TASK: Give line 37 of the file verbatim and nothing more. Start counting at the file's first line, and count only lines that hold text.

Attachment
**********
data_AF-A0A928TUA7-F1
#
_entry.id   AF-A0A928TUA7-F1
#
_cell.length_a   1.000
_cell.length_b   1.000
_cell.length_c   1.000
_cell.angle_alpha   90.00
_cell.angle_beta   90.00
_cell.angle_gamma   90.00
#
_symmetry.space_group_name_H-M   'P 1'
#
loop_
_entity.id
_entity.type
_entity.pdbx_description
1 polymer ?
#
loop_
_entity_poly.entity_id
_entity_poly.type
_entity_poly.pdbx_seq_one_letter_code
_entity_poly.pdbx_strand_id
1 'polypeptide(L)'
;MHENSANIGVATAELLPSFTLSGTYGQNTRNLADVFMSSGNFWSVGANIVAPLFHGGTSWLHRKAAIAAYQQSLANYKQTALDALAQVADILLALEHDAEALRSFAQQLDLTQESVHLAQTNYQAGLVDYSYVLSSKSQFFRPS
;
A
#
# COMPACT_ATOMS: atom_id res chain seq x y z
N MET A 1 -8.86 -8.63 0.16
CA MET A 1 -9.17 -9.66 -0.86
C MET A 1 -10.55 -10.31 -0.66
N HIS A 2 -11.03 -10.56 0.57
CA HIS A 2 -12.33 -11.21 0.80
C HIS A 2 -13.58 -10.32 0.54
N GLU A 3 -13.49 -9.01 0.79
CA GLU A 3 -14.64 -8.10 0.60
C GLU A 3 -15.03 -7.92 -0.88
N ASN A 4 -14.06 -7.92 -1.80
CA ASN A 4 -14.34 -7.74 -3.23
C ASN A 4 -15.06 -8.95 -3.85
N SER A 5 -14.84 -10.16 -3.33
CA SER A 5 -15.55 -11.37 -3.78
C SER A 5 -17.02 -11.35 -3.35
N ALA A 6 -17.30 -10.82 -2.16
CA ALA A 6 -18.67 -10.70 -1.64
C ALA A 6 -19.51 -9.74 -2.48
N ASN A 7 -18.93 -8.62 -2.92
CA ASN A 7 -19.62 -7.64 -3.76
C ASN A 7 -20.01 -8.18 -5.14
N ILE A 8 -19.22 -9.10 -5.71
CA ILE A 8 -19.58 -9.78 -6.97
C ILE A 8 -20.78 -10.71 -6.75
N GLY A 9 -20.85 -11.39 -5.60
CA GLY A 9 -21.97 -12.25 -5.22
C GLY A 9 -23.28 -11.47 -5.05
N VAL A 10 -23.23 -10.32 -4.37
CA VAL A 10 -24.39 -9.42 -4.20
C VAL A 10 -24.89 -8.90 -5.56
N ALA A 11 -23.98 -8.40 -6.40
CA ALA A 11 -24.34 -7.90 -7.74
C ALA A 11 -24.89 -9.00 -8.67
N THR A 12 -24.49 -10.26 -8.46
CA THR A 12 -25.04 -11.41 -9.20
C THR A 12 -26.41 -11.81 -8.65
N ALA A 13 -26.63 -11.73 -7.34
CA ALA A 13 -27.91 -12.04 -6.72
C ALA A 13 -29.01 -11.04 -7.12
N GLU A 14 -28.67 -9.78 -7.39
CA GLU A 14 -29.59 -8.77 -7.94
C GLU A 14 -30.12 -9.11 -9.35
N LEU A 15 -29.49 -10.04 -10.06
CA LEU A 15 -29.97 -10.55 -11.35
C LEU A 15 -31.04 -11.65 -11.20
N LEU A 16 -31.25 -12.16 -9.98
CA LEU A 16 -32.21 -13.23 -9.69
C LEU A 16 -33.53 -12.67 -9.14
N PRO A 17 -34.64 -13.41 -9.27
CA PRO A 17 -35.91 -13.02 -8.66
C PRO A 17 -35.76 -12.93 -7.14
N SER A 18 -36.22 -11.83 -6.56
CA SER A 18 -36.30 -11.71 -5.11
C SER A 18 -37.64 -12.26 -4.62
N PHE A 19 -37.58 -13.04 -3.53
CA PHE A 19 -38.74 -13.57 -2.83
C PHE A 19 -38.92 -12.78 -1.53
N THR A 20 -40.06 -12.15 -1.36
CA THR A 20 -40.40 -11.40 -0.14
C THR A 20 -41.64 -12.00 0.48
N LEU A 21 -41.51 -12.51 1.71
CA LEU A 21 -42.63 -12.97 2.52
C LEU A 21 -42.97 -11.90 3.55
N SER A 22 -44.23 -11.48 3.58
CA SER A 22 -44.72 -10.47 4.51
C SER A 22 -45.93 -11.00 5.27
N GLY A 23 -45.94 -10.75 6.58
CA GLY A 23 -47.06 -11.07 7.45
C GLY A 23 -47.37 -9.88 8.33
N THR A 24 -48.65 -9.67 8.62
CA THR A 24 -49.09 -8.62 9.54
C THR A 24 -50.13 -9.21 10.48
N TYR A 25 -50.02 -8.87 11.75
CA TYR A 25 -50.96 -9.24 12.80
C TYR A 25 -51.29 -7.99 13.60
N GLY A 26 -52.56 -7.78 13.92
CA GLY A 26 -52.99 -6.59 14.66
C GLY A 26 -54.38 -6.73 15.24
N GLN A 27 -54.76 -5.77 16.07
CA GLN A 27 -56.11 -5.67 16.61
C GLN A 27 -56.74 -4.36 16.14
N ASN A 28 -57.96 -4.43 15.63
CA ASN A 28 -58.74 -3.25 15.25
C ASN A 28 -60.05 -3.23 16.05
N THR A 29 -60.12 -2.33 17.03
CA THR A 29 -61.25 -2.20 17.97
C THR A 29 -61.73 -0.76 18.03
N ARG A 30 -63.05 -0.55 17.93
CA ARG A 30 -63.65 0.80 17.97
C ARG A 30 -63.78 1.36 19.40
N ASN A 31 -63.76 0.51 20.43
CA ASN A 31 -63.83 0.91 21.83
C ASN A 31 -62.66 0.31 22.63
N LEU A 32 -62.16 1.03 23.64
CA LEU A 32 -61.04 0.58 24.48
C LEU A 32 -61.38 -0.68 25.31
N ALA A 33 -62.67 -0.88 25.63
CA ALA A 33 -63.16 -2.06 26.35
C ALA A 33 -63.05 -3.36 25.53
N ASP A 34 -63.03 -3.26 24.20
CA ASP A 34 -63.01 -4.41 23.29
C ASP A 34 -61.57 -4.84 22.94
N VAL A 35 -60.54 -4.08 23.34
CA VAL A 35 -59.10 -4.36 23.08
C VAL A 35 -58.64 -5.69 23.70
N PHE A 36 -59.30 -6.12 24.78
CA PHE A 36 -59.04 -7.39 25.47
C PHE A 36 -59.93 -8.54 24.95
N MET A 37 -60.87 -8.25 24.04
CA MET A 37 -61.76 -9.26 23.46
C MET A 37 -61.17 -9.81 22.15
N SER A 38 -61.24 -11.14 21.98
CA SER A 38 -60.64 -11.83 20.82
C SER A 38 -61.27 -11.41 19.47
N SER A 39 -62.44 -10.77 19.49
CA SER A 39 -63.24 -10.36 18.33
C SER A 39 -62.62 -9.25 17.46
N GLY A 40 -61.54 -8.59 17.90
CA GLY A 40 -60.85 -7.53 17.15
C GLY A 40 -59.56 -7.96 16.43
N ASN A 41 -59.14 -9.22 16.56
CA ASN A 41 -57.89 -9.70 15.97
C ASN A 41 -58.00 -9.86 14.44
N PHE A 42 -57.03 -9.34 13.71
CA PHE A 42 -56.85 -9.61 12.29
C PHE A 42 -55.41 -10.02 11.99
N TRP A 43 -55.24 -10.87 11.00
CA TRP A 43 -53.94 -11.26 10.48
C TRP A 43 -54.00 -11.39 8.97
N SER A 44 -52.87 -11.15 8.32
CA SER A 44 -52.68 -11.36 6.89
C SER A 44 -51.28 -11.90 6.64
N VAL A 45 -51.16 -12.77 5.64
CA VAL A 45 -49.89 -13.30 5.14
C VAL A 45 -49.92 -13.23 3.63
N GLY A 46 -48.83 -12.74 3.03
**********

N GLU A 3 -13.49 -9.01 0.79